An airplane ride with Ted Schilowitz, a futurist at 20th Century Fox, has become an unforgettable experience.
On countless trips over the last year, people have tapped Schilowitz's shoulder, wondering what the heck the bulky goggles he often wraps around his head are all about. He lets other passengers strap on the device and snaps a picture with his smartphone when they start beaming in amazement.
The fascination is over virtual reality viewers such as the Samsung Gear VR and the Oculus Rift.
“When people do VR for the first time they are usually very vocal about it,” Schilowitz said in an interview with the Los Angeles Times at the LA Games Conference on Wednesday. “People react very strongly, then other people in the plane are leaning and wondering what's going on. Then the flight attendant comes by and says, ‘That guy five rows back wants to try it, do you mind?' And pretty soon, the flight attendant wants to try it.”
Thousands of people have used test versions of the headsets at industry conventions or private demonstrations. They quickly recognize that virtual reality viewers, which envelope one's field of view with imagery, can't be appreciated without being taken for a test ride.
People are bored on long trips and eager for novelty. That has made airplane passengers a perfect informal focus group for the technology, which Fox and other movie-making companies hope will become a new outlet for them to sell their entertainment content. It's Schilowitz's job to explore what consumers enjoy about virtual reality and what the content on it should resemble.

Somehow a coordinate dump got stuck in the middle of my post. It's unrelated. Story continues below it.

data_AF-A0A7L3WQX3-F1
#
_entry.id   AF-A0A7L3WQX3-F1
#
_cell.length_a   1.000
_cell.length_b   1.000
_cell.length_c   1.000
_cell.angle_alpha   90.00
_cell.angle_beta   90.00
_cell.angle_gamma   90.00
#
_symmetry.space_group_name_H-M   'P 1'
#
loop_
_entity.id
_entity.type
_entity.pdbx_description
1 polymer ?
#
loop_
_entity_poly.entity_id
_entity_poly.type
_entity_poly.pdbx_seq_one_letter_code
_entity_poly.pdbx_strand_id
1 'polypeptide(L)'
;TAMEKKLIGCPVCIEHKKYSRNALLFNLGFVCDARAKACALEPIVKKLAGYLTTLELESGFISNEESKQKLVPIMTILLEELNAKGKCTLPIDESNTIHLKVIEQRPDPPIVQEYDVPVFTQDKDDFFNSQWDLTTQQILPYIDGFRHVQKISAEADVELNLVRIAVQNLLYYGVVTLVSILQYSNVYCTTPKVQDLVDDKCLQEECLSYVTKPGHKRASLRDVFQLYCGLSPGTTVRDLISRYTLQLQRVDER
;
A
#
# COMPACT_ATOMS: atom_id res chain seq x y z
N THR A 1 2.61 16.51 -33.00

With Samsung planning to start selling headsets this year, Schilowitz says tryout stations will start popping up at places like mall kiosks, college campuses and anywhere that might draw a young, tech-edgy crowd.
Schilowitz' five-mile-high virtual reality show might be one of the strangest. “We are the sideshow circus-freak providers of the future,” he said.
On one of his recent trips — to the Sundance Film Festival — the entire plane was buzzing about his Samsung Gear VR (in which a smartphone fits into a bracket on the goggles and acts as the screen). He showed off “Wild,” one of the studio's major experiments in virtual reality filmmaking, to a co-worker, then an actress, her son and several others on the flight.
“The first thing they usually do when they take the headset off is they look to their neighbor ... next to them and say, ‘You have to try this,'” Schilowitz said. “It's that kind of viral energy that's really fun to see.”
In Schilowitz's vision of the future, passengers on trains, planes and cars won't be staring at “little rectangles” but rather into headsets.
“They are going to go someplace [virtually] and do whatever they want to do, whether that's watch a movie, watch a music video, watch YouTube, play a game, video chat or do work,” he said.
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